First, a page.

PublisherThe University of Arizona.
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AbstractAn aircraft’s flight-time is restricted by its fuel capacity or battery life. This senior design project explores the benefits of extracting energy from the environment for a small, unmanned aerial vehicle (UAV), specifically focusing on static soaring and solar energy extraction. Soaring is accomplished by using thermals (sections of rising air created by solar radiation and terrain fluctuations) to obtain lift. This project focuses on simulation of a thermal to observe the effects of a thermal on an aircraft, development of control algorithms to utilize lift from the thermal, and integration of these algorithms with the ArduPilot Mega 2.5+ open source autopilot software and hardware. Software simulations in MATLAB and hardware-in-the-loop simulations in FlightGear were both used to develop the control algorithms that enhanced the original ArduPilot code to detect and capitalize upon rising air. These algorithms were then tested in real-time flights. Furthermore, direct solar energy was also extracted through the employment of solar panels in a custom-built glider. The combination of harvesting direct solar power to sustain the flight computer along with using efficient thermal detection algorithms to stay afloat enables the aircraft to soar for an extended duration while unhindered by a dependence on nonrenewable energy resources.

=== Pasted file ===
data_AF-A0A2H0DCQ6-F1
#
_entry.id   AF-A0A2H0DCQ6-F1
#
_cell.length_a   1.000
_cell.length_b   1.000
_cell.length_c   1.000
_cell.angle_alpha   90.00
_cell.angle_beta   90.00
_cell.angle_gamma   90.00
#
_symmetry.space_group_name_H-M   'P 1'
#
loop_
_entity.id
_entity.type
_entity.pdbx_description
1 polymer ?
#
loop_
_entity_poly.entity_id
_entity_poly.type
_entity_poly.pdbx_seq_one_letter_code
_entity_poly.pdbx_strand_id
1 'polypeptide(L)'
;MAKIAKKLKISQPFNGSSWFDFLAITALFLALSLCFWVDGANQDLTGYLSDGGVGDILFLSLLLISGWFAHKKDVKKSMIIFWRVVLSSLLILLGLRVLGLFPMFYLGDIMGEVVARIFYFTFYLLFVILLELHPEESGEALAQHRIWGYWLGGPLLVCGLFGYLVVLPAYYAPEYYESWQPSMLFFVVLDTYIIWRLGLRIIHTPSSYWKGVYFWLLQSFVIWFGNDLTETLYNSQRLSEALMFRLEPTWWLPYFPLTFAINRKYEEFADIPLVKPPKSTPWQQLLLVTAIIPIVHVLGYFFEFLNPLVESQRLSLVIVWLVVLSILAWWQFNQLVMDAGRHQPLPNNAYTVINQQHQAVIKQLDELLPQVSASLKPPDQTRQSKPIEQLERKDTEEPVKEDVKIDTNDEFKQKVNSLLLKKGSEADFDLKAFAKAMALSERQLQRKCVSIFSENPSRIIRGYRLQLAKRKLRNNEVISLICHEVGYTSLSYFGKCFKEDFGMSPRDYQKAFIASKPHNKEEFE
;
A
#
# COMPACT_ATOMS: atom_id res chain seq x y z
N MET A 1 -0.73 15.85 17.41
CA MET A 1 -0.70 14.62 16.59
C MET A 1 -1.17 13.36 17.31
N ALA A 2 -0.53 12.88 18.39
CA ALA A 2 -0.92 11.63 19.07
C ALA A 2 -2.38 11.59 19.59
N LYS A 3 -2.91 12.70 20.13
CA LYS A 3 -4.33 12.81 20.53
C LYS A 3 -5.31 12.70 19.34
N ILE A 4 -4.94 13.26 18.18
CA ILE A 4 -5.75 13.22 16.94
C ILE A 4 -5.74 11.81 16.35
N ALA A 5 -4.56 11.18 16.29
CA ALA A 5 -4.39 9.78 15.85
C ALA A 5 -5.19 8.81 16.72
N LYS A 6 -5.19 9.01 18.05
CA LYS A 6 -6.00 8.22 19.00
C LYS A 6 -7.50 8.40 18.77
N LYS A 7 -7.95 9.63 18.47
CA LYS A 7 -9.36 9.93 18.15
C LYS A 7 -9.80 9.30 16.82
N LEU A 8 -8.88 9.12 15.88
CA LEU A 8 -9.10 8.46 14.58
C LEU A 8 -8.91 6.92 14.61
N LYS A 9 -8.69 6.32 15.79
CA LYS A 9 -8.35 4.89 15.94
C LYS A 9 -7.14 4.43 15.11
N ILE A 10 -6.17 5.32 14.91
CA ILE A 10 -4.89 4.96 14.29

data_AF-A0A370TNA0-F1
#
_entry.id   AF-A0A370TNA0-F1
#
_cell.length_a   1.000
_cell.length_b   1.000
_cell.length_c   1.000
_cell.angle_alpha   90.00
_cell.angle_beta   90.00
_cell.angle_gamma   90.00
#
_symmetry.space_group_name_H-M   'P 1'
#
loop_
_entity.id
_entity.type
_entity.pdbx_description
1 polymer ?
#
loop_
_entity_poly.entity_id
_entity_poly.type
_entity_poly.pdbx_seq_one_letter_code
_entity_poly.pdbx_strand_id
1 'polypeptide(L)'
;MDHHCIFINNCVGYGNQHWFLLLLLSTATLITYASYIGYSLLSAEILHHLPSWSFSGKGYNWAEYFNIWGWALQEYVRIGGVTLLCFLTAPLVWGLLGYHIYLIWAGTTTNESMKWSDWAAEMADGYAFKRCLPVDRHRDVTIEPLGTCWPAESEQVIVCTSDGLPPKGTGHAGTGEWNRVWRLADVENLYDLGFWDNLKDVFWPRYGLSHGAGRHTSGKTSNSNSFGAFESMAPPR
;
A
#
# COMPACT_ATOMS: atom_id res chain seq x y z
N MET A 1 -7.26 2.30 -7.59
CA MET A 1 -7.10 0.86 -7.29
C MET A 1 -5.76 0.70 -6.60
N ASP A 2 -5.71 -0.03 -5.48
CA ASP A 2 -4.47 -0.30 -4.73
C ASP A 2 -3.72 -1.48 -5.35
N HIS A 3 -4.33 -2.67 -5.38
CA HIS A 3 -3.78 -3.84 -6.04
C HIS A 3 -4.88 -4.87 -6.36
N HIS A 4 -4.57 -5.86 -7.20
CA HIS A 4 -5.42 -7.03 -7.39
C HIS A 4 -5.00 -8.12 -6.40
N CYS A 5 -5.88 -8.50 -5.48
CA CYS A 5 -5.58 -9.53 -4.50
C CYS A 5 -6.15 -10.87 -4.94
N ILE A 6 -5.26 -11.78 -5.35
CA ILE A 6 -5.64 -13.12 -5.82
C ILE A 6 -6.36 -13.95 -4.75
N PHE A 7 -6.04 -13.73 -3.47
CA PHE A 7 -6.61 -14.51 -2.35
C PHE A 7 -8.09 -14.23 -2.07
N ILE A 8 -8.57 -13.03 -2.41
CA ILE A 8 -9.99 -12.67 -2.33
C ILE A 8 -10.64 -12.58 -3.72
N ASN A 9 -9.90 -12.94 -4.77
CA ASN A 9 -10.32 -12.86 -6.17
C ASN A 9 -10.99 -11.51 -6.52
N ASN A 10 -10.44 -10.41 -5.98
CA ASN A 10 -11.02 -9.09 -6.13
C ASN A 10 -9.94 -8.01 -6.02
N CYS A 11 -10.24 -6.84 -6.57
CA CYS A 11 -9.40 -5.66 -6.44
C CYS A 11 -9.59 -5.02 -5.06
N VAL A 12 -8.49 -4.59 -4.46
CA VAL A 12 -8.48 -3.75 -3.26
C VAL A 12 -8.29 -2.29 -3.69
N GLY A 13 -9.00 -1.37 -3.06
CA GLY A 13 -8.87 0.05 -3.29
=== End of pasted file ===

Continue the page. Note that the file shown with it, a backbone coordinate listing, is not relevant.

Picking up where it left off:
Degree ProgramHonors College